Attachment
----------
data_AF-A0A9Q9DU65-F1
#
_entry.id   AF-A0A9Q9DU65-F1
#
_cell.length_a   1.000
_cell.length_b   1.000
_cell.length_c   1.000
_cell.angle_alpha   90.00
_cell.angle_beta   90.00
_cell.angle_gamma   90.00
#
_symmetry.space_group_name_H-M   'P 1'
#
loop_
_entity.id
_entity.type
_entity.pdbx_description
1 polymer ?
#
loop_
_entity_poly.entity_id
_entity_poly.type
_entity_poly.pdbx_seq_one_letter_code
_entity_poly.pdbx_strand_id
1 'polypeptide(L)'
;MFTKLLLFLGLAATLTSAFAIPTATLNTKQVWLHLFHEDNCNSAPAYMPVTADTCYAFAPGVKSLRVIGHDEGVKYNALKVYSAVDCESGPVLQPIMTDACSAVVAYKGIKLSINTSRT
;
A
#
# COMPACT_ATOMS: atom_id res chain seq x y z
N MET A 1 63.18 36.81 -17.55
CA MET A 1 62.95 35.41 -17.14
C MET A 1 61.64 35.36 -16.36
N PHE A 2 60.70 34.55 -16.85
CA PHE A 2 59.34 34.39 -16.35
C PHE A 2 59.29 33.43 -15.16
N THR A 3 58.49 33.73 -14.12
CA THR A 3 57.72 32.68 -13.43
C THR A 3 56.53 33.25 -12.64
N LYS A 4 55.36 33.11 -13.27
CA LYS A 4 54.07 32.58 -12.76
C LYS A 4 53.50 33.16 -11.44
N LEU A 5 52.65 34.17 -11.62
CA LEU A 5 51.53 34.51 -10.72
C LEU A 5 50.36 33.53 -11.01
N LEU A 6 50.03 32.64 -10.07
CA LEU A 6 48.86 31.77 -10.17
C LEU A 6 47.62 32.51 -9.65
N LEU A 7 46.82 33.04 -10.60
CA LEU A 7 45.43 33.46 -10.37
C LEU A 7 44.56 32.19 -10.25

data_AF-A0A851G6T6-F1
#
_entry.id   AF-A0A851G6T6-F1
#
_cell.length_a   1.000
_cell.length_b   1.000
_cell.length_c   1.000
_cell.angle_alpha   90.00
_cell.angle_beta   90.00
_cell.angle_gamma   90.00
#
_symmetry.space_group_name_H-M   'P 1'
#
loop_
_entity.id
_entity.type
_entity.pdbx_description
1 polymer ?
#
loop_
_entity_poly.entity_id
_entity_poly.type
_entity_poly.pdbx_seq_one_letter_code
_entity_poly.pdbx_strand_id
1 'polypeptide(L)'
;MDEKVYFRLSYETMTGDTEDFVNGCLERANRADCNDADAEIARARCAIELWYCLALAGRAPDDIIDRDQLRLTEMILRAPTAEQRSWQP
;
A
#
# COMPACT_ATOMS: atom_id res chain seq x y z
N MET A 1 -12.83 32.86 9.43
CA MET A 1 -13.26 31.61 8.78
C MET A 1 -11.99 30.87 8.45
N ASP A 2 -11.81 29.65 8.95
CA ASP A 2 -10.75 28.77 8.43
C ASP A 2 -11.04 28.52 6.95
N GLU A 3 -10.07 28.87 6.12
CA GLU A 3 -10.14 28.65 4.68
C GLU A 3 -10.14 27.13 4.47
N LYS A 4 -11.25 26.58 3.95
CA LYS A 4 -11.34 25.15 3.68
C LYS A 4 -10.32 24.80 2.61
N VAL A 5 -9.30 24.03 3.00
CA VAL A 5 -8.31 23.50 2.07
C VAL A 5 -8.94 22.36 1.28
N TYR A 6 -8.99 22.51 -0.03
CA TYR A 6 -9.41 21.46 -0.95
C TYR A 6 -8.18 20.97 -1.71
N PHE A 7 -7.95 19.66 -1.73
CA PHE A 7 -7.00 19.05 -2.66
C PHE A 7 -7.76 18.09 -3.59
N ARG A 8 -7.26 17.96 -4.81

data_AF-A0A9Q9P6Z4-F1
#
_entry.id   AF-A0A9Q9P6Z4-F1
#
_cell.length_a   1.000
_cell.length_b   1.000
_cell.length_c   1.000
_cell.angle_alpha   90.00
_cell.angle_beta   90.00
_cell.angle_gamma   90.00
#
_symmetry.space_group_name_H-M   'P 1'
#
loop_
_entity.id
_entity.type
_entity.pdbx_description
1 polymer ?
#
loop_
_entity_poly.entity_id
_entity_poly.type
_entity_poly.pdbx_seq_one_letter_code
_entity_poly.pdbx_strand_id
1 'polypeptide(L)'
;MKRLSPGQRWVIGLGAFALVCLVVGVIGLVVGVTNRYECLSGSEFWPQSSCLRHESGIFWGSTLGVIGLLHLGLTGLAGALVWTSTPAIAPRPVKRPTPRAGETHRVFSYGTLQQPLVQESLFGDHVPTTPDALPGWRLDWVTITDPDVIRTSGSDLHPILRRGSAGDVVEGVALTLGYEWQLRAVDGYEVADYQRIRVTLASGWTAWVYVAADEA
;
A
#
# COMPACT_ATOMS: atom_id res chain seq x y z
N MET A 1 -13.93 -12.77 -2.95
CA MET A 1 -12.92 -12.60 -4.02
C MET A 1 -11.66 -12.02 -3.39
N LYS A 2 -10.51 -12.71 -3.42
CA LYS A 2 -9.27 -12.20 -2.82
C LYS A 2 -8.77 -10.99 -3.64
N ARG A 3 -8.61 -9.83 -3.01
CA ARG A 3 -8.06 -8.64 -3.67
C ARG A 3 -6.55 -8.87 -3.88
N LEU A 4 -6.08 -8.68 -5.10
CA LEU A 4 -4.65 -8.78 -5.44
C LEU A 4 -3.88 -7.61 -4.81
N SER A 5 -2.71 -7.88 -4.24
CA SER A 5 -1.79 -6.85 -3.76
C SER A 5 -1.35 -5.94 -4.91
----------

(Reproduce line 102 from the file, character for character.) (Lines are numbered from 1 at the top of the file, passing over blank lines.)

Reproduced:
C PHE A 7 -7.76 18.09 -3.59